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Boy, can he cook; 11-year-old boy takes the heat off his busy parents by cooking the family dinner

Bangs hanging into his eyes, his shirt plastered with an exploding skull, Austin Olechnowicz looks like your average 11-year-old boy.

Over winter break, he holed up in his room with friends on Playstation for 12 hours at a stretch. At dinnertime, though, his family usually gets to see another side of Austin: the cook.

Two years ago, as a 9-year-old fourth-grader, Austin made dinner for his parents. He had some coaching from his chef uncle, Marty Haugh Jr., but it was his hands at the stove.

His main motivation will sound familiar to any parent: "Because I was bored one day."

Over the last year, Austin, who attends Frontier Middle School, has been cooking his family's dinner two or three times a week, with advice from his uncle and spurred on by watching a multitude of Food Network shows.

His mother, Nancy, is a medical receptionist, and his father, Rich, is a machine shop inspector, with both working hours that make it difficult to get dinner on the table at a standard time.

Austin's help has been extremely valuable, though Rich cooks dinner, too, Nancy Olechnowicz said. "Between the two of them, it does help out a lot." (The boys are usually cooking for three -- sister Sierra, 13, is pretty much a vegetarian and subsists largely on pasta, as Austin tells it.)

Of course, Austin has his reasons for taking charge in the kitchen. Boredom is just the beginning.

"He'd rather cook it than have us cook it," said Nancy Olechnowicz.

Why is that, Austin?

"Because they don't make sauces right," he said.

Like the lemon sauce for the Chicken Francaise, one of his favorite recipes, contributed by his uncle, who is a cook at the Hamburg Casino. "I like it more lemony," Austin said, where his mother prefers a milder sauce.

As Austin chops and stirs, he checks the recipe, handwritten on a stained piece of notebook paper. He has adjusted some of the details to suit his taste.

Austin's standards include spice-rubbed chicken that roasts on a beer can in the oven, or on the barbecue grill, his father said. Another favorite is shrimp with cashews and green beans, served with rice. Steaks and hamburgers are grill favorites, and even crab legs.

Though Austin watches loads of Food Network programming, he doesn't profess to have a favorite show. He has one program saved on the DVR that he wants to cook from, an episode of Anne Burrell's "Secrets of a Restaurant Chef" in which she makes chicken pot pie.

Does he want to be a professional cook when he grows up? he's asked, a not entirely fair question for a sixth-grader.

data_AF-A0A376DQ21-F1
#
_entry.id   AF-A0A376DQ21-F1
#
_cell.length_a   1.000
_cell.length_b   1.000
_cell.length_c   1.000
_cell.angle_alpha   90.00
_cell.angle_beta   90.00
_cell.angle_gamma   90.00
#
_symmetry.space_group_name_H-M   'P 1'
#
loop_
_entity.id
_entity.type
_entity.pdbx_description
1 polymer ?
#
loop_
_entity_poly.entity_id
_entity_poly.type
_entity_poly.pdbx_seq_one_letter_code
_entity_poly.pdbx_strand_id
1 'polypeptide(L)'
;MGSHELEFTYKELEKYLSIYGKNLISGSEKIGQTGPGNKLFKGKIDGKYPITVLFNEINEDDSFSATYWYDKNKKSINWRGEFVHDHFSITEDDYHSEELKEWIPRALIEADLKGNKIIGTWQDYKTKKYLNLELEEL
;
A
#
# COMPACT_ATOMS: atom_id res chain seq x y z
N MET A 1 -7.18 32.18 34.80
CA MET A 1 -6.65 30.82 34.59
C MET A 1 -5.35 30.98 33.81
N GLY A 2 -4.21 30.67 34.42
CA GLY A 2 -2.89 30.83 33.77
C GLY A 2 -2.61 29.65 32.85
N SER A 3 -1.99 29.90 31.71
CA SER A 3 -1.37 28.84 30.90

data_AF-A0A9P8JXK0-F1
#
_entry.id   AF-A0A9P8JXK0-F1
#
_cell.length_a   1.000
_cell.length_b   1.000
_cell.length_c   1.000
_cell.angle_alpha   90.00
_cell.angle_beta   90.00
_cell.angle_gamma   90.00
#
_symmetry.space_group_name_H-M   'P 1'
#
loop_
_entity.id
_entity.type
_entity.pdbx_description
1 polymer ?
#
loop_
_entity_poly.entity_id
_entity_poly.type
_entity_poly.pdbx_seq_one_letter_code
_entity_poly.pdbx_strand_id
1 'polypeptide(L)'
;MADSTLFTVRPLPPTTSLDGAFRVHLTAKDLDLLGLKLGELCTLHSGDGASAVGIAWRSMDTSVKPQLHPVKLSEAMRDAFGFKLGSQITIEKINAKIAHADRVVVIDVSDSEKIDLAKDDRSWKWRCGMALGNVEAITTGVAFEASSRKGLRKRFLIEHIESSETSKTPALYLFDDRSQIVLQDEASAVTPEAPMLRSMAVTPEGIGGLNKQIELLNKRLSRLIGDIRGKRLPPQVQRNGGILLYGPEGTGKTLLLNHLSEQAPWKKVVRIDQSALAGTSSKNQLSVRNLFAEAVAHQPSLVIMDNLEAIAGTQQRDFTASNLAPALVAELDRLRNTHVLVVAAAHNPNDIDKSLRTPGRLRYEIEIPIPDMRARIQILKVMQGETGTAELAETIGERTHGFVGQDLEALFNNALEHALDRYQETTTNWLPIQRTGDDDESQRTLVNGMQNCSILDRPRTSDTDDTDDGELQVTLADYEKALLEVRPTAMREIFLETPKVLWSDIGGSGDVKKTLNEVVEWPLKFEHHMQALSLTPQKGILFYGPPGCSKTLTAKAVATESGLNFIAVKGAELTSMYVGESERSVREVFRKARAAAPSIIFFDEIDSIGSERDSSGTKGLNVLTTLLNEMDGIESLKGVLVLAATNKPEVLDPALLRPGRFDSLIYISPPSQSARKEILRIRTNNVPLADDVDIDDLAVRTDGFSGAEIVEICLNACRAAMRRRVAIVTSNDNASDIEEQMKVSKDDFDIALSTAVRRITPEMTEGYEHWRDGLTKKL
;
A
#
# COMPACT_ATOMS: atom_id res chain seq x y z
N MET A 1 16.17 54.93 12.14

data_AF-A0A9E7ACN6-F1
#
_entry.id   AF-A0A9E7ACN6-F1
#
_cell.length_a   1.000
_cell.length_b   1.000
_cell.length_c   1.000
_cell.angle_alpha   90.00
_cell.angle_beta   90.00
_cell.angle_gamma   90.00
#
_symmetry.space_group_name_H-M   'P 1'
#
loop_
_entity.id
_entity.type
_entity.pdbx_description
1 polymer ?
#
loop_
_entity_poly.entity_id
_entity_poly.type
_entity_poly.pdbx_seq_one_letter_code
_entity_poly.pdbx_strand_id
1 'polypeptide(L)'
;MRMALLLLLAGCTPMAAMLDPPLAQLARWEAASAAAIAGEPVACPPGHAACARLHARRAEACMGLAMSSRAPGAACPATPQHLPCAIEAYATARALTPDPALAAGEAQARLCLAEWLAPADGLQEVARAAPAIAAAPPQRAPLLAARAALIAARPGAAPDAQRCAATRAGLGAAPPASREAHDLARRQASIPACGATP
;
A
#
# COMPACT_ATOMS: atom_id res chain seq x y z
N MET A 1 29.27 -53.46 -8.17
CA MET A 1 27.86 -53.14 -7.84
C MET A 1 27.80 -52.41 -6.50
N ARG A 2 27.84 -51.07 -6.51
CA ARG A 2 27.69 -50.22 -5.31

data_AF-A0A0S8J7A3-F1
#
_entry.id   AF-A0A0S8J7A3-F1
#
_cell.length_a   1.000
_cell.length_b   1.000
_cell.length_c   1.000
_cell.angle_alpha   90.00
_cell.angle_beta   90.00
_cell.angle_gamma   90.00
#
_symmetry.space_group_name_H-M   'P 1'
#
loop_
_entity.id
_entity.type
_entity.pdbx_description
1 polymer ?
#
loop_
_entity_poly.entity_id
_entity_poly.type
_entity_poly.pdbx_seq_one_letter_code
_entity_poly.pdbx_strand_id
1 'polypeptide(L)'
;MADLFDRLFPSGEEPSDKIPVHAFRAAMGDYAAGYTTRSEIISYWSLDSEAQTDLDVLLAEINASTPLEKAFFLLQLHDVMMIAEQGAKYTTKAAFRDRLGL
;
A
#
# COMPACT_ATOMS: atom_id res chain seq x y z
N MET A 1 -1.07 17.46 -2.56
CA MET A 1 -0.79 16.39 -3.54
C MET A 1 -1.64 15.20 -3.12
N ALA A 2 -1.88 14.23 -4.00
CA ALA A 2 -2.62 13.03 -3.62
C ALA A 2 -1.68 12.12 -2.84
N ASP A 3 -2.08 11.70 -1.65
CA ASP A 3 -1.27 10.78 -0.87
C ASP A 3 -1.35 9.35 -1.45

"I don't know," he said.

Recently Austin branched out into jerky making, inspired in part by his father. A veteran hunter, Rich had plenty of venison in the freezer. A food dehydrator later, and they were making venison jerky in chipotle and teriyaki flavors.

Austin, no fan of spicy things, preferred the teriyaki. He liked it so much he started carrying the recipe in his wallet.

Why? His response was polite considering 11-year-olds inevitably find themselves surrounded by adults asking dumb questions:

"In case I want to make it somewhere."

>Chicken Francaise (Lemon Chicken)

4 large boneless chicken breasts

5 eggs

1 cup Parmesan cheese

1 teaspoon garlic powder

1 teaspoon onion powder

1 teaspoon seasoned salt

1 teaspoon each salt and pepper

1 to 2 cups vegetable oil

1/4 cup freshly squeezed lemon juice

1 1/3 cups flour

1 cup water or chicken stock

4 tablespoons butter, cut into chunks

Set oven to 350 degrees. Pour a half-inch of oil into a large frying pan over medium heat.

Trim chicken of fat. Fillet breasts and flatten pieces if needed to get pieces about 1/2 inch thick.

Combine eggs, 1/2 cup Parmesan, garlic powder, onion powder and seasoned salt in a medium bowl. In another bowl, put 1 cup flour and add 1/2 cup Parmesan cheese, 1 teaspoon each salt and pepper, and stir.

Dust flattened chicken in seasoned flour, then coat with egg-Parmesan batter and place in frying pan. Cook, turning, until both sides are golden brown, about 3 to 5 minutes each side.

When done, place chicken on a baking sheet in a 350 degree oven for about 15 to 20 minutes, while you make lemon sauce.

To make lemon butter sauce:

Remove all oil except 1/3 cup from frying pan. Add 1/3 cup flour to pan, over medium heat, and stir for a minute or two. Add water or chicken stock a little at a time until a gravy forms.

Add lemon juice gradually until you like the taste. Slowly add butter a piece at a time, stirring until it becomes smooth and creamy.

Season with salt and pepper to taste, pour over chicken, and serve.

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>Green Beans and Bacon

1 12-ounce bag frozen green beans

1/2 cup baby carrots, sliced lengthwise

4 or 5 slices bacon

1 clove garlic, sliced

1 small onion, chopped

1 tablespoon vegetable oil

Cook the bacon in a skillet until crisp. Saute garlic and onion over medium-high heat, using vegetable oil or bacon fat. Meanwhile, blanch beans and carrots in a separate pan.

Break bacon into small pieces. Pour garlic, onion and bacon over beans and carrots, and serve.

e-mail: agalarneau@buffnews.com

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>Austin Olechnowicz

Name: Austin Olechnowicz

Dish: Chicken Francaise (Lemon Chicken)

Residence: Blasdell

Mouths to feed: 4

Go-to-instant meal: Chicken stir-fry

Guilty pleasure: Chicken Cordon Bleu

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